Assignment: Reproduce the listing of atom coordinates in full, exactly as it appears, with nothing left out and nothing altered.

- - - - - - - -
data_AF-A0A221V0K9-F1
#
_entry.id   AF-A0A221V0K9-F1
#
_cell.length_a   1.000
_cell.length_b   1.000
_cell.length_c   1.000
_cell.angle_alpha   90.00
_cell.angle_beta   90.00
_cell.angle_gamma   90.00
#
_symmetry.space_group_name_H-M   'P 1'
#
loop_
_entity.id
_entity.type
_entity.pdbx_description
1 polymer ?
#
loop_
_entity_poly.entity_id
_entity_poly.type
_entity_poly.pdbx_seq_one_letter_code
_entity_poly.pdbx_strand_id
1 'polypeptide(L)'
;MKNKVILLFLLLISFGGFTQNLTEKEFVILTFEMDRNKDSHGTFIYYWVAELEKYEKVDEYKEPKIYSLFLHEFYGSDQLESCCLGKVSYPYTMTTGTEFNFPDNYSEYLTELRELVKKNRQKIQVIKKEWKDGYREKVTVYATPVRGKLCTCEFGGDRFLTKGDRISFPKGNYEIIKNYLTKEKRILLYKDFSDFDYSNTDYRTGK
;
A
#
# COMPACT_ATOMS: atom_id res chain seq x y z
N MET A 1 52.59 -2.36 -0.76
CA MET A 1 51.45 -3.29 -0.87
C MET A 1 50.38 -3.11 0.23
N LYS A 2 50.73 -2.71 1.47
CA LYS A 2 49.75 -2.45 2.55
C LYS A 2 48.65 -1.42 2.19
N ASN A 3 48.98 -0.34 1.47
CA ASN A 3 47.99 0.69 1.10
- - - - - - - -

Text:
data_AF-A0A221V0K9-F1
#
_entry.id   AF-A0A221V0K9-F1
#
_cell.length_a   1.000
_cell.length_b   1.000
_cell.length_c   1.000
_cell.angle_alpha   90.00
_cell.angle_beta   90.00
_cell.angle_gamma   90.00
#
_symmetry.space_group_name_H-M   'P 1'
#
loop_
_entity.id
_entity.type
_entity.pdbx_description
1 polymer ?
#
loop_
_entity_poly.entity_id
_entity_poly.type
_entity_poly.pdbx_seq_one_letter_code
_entity_poly.pdbx_strand_id
1 'polypeptide(L)'
;MKNKVILLFLLLISFGGFTQNLTEKEFVILTFEMDRNKDSHGTFIYYWVAELEKYEKVDEYKEPKIYSLFLHEFYGSDQLESCCLGKVSYPYTMTTGTEFNFPDNYSEYLTELRELVKKNRQKIQVIKKEWKDGYREKVTVYATPVRGKLCTCEFGGDRFLTKGDRISFPKGNYEIIKNYLTKEKRILLYKDFSDFDYSNTDYRTGK
;
A
#
# COMPACT_ATOMS: atom_id res chain seq x y z
N MET A 1 52.59 -2.36 -0.76
CA MET A 1 51.45 -3.29 -0.87
C MET A 1 50.38 -3.11 0.23
N LYS A 2 50.73 -2.71 1.47
CA LYS A 2 49.75 -2.45 2.55
C LYS A 2 48.65 -1.42 2.19
N ASN A 3 48.98 -0.34 1.47
CA ASN A 3 47.99 0.69 1.10